Safety screening meeting for TEPCO's Kashiwazaki plant to be held

The Nuclear Regulation Authority decided Wednesday to hold its first official safety screening meeting for Tokyo Electric Power Co.'s Kashiwazaki-Kariwa nuclear power plant in Niigata Prefecture, which the utility is seeking to restart.

The decision came after TEPCO presented last week a set of measures to improve the tough working conditions for people engaging in cleanup efforts at the crippled Fukushima Daiichi nuclear complex, also operated by TEPCO, in response to the NRA's suggestions.

Although TEPCO has filed for safety inspections of the Nos. 6 and 7 reactors at the Kashiwazaki-Kariwa plant in late September, the NRA has not held an official safety screening meeting, which is open to the public, amid concerns over the utility's poor handling of the crisis-stricken plant.

During a regular gathering of the five NRA commissioners on Wednesday, Chairman Shunichi Tanaka said, "It is the NRA's legal obligation to conduct screening of reactors...If we continue to keep the matter on hold, a legal problem could emerge."

Other members agreed to hold a safety screening meeting, while also noting that they should continue to keep a watch on the situation at the Fukushima plant, which is struggling to manage the buildup of a massive amount of radioactive water.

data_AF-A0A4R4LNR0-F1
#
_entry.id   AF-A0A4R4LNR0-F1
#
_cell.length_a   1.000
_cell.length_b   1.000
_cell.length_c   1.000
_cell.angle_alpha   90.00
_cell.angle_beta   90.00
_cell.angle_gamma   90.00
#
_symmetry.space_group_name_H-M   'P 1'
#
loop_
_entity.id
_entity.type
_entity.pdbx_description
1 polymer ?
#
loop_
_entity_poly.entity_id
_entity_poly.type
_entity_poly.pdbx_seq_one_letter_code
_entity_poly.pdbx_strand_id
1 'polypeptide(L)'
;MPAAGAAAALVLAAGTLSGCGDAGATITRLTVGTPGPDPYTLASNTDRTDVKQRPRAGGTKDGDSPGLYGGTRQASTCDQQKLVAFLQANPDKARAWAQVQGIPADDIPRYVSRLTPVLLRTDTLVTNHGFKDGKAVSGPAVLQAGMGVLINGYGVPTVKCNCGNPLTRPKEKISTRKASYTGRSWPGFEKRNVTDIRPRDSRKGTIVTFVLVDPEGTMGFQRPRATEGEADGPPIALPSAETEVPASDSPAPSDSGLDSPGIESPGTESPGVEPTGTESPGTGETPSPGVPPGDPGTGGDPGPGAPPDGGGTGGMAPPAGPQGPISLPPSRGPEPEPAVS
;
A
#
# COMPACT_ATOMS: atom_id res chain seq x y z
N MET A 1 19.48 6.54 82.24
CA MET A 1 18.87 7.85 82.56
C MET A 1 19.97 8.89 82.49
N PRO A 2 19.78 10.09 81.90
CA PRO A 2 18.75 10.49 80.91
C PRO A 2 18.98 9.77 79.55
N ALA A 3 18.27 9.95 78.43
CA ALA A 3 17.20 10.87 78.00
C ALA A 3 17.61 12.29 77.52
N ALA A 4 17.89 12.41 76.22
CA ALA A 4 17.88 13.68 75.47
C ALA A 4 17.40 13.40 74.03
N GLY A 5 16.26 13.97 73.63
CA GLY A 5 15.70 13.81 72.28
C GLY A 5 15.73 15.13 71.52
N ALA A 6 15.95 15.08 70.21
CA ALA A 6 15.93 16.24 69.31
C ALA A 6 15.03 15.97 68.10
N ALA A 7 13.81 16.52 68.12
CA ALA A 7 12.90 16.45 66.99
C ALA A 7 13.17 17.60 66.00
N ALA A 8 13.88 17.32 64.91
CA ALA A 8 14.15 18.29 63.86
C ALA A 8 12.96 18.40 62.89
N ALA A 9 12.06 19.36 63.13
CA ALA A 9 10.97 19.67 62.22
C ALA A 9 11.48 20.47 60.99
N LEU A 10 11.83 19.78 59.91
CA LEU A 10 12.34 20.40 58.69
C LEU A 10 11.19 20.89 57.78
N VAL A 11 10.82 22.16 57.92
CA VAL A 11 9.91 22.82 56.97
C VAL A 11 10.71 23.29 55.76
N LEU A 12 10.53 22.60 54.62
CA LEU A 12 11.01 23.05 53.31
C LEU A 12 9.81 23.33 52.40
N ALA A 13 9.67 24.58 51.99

"I agree to hold a safety screening meeting, but TEPCO is not allowed to do careless work at Fukushima," Kayoko Nakamura, one of the commissioners, said.

TEPCO is eager to bring the idled seven-reactor Kashiwazaki-Kariwa plant back online as it faces a tough business situation due to the massive costs stemming from the Fukushima crisis that began in March 2011. Resuming some of the reactors will help the utility cut huge costs for importing fuel for thermal power generation.

A total of 14 reactors in the country have so far applied for state safety checkups toward restarting their operations.

Of the 14, the two Kashiwazaki-Kariwa reactors are the only boiling water reactors, the same type as the reactors that suffered meltdowns at the Fukushima Daiichi plant in northeastern Japan.